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The Benefits of a Programmable Thermostat for Summer Comfort

Thermostats make it simple to adjust the temperature in your home with the turn of a dial or tap of a touchscreen. You generally receive a thermostat with an air conditioner installation, but it might not serve your energy and comfort needs. Basic thermostats maintain a constant temperature throughout the day, making them best for individuals who are home all day or those who remember to adjust the settings before leaving the house and going to bed. For the most energy efficiency and comfort in the hot summer months, a programmable thermostat is ideal. Schedule an appointment to start this process today. Learn more about the process of our team here.


How Do Programmable Thermostats Work?

Programmable thermostats turn HVAC units on or off, according to a pre-set schedule. During the summer, homeowners generally program a thermostat so temperatures are cooler during the hours that they are at home and awake. Based on the pre-set schedule, the thermostat allows the home to be warmer while the residents are at work and sleeping.

Thermostats have “cool” and “heat” setpoint temperatures. If your home gets warmer than the “cool” setpoint temperature, the thermostat turns on the air conditioner. Similarly, if the home becomes cooler than the “heat” setpoint temperature, the thermostat turns on the heating system. Learn more about residential controls here.

Programmable thermostats have the following basic settings:

  • Wake: The time that you typically wake up. The thermostat will cool your home before the time that you input to ensure that it feels comfortable when you awake. A good setpoint temperature is 72°F.
  • Day: This is the time that you leave for work or take care of other responsibilities. During this time, the thermostat keeps the home warmer during the summer to save energy. A good setpoint temperature is at least 7°F warmer than the “wake” temperature setting.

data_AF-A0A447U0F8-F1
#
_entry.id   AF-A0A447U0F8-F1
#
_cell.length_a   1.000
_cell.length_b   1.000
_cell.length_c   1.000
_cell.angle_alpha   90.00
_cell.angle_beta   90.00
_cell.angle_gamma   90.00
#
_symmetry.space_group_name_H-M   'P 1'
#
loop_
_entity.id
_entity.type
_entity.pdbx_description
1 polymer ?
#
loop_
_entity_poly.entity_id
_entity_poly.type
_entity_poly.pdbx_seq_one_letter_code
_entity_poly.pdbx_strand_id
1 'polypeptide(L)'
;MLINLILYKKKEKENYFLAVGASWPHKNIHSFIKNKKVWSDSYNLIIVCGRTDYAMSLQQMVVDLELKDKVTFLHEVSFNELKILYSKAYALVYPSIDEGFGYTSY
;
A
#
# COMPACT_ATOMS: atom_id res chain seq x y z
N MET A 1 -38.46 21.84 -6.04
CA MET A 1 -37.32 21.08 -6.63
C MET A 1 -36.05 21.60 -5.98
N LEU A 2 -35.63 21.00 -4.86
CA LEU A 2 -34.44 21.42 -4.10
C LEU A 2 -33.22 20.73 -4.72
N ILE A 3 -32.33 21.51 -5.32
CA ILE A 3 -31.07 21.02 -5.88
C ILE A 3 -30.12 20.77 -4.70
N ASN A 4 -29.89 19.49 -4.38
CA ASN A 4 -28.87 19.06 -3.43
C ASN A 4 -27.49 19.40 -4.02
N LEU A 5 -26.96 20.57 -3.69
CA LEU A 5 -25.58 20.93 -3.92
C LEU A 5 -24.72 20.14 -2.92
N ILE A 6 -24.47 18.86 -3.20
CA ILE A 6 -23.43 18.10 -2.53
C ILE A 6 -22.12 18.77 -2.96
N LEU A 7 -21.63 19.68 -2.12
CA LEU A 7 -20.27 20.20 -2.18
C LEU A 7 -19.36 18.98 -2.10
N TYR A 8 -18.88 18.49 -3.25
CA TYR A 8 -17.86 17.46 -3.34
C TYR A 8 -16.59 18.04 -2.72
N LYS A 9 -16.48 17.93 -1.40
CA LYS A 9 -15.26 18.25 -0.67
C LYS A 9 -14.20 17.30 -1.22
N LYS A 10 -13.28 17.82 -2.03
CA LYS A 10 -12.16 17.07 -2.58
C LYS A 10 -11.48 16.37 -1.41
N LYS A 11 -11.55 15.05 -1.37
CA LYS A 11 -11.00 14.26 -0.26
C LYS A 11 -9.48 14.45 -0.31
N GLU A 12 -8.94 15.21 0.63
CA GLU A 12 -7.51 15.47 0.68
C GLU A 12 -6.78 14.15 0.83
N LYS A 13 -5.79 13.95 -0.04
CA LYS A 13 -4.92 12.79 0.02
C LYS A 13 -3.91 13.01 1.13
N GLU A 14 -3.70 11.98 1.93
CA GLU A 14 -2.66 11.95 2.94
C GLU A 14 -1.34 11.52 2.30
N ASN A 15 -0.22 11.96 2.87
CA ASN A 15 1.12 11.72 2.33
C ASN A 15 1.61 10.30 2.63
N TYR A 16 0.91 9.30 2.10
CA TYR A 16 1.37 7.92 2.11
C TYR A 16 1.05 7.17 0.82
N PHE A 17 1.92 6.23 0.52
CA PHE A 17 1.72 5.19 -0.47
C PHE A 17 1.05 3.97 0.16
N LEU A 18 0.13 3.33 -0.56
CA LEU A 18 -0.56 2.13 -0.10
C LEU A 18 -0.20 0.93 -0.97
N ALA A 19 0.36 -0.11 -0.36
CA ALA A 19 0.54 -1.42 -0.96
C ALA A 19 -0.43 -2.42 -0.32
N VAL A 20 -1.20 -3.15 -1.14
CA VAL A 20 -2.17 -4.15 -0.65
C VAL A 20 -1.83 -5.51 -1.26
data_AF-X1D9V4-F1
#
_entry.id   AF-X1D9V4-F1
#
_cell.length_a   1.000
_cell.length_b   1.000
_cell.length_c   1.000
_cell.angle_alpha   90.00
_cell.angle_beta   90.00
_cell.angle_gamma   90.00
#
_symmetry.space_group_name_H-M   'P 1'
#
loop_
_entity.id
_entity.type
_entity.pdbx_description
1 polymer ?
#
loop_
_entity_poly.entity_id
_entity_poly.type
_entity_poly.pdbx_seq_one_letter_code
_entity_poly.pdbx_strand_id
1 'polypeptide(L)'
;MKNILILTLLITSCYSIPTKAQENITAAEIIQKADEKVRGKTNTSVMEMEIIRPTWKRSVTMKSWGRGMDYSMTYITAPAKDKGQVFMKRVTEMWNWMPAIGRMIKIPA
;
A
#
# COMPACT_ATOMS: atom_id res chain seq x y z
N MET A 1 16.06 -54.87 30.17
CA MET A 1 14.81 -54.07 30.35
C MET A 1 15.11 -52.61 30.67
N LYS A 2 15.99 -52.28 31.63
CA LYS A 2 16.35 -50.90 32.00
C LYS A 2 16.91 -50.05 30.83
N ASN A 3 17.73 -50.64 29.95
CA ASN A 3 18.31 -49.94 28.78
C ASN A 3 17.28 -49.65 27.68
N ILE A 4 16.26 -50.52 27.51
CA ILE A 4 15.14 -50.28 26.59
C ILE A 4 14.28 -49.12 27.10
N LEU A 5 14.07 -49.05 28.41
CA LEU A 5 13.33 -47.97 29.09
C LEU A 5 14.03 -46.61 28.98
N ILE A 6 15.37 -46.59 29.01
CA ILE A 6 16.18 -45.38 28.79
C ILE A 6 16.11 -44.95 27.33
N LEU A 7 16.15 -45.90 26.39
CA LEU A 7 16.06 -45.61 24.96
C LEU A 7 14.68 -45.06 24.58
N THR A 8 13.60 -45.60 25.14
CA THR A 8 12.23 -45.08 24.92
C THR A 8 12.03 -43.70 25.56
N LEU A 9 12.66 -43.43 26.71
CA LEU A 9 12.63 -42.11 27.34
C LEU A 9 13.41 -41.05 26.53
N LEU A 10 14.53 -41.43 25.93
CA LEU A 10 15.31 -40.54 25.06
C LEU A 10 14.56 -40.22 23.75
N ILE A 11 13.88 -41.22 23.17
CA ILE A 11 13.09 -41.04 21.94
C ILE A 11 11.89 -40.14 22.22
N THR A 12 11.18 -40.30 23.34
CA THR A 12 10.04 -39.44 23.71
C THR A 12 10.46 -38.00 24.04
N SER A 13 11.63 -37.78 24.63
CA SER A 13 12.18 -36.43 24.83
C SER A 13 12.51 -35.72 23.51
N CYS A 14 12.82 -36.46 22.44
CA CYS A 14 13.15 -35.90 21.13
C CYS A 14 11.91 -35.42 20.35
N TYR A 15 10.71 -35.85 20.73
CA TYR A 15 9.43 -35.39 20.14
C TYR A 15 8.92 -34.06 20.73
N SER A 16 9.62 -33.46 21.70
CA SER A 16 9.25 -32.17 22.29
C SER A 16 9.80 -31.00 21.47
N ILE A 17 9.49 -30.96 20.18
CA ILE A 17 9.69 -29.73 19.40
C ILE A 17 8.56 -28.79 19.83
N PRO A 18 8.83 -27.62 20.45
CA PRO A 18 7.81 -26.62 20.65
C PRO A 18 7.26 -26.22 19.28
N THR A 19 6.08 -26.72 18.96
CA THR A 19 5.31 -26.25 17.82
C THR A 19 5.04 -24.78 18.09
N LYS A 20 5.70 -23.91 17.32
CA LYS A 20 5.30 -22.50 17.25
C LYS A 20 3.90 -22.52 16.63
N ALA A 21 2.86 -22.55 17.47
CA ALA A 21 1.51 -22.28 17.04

• Evening: This is the time that you arrive home from work or other activities. The thermostat will begin cooling your home in advance so it feels comfortable when you arrive. The “wake” setpoint temperature works well for the evening hours.
  • Sleep: The time that you typically go to bed. To save energy, it is a good idea to have the setpoint temperature at least 4°F warmer than the evening temperature.

Most programmable thermostat models have override functions that allow you temporarily change the temperature without affecting the set schedule, which is great for unexpectedly warm days. You’ll also find a “hold” or “vacation” function that saves energy while you’re away for an extended period.

Programmable Thermostat Models

  • 5+2-day models: This model allows you to set one schedule for weekdays and a different schedule for weekends.
  • 5+1+1-day models: This model has the same schedule for the weekdays, but allows you to set separate schedules for Saturday and Sunday.
  • 7-day models: Offering the greatest flexibility, this model allows you to program each individual day of the week.





Thermostat models are digital, electromechanical or both. The best kind is one that is simple for you to use. When you know how to control a thermostat, you have the ultimate control over your home’s comfort and energy performance. Interested? Contact us to find out if a programmable thermostat is right for your home.

Where to Install a Programmable Thermostat

When you undergo an air conditioner installation, keep in mind that the thermostat records the temperature of the room in which you place it. The best place for it is on an interior wall on the first floor, toward the center of the home. Ideally, this area is where you and your family spend most of your time. Find out more about our experience helping customers achieve home comfort.

Avoid placing a thermostat in the following areas:

  • In direct sunlight: Sun shining through a window or skylight should not reach the thermostat.
  • Above air vents or radiators: The air coming out of vents will skew the thermostat’s temperature readings.
  • Under a ceiling fan: The cool air that fans push down skew temperature readings.
  • In or near the kitchen: Kitchens warm up more than other rooms in the home because of the concentration of heat-producing appliances.
  • Near doors and windows: The drafts that pass through windows and doors might make a thermostat think that a room is cooler than it actually is.
  • Hallways: The lack of airflow in hallways may affect temperature readings.

Programmable thermostats allow you to maintain comfortable temperatures in your home throughout the year without the need to adjust its settings regularly. Programming one so the temperature is the most comfortable only when you are at home and awake can save up to $180 per year in energy expenses. When choosing a programmable thermostat, it is important to ensure that it works with your specific heating and cooling systems. Consult with a licensed HVAC contractor, like AAA Heating & Cooling, to determine which type is best for your home and learn the ideal placement. If your thermostat isn’t working, we can help service it as well. Have other questions? Reach out to us today and we’ll get back to you as soon as possible.